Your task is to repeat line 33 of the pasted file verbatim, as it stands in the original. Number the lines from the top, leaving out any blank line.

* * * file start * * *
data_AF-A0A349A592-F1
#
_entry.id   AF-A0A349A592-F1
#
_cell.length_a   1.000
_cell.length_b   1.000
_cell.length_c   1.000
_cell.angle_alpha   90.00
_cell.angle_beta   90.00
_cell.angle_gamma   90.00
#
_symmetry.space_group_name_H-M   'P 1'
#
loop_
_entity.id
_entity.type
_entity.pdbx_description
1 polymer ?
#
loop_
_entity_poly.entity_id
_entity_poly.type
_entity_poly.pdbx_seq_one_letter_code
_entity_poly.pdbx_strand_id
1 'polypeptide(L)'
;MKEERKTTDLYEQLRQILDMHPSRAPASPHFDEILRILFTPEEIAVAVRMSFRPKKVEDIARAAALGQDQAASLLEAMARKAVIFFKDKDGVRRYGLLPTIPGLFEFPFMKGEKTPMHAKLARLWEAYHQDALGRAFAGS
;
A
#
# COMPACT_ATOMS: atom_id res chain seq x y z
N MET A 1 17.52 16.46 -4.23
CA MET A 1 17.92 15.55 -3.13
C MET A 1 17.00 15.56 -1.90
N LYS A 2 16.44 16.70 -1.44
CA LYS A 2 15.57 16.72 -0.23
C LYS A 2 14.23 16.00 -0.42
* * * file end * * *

C MET A 1 17.00 15.56 -1.90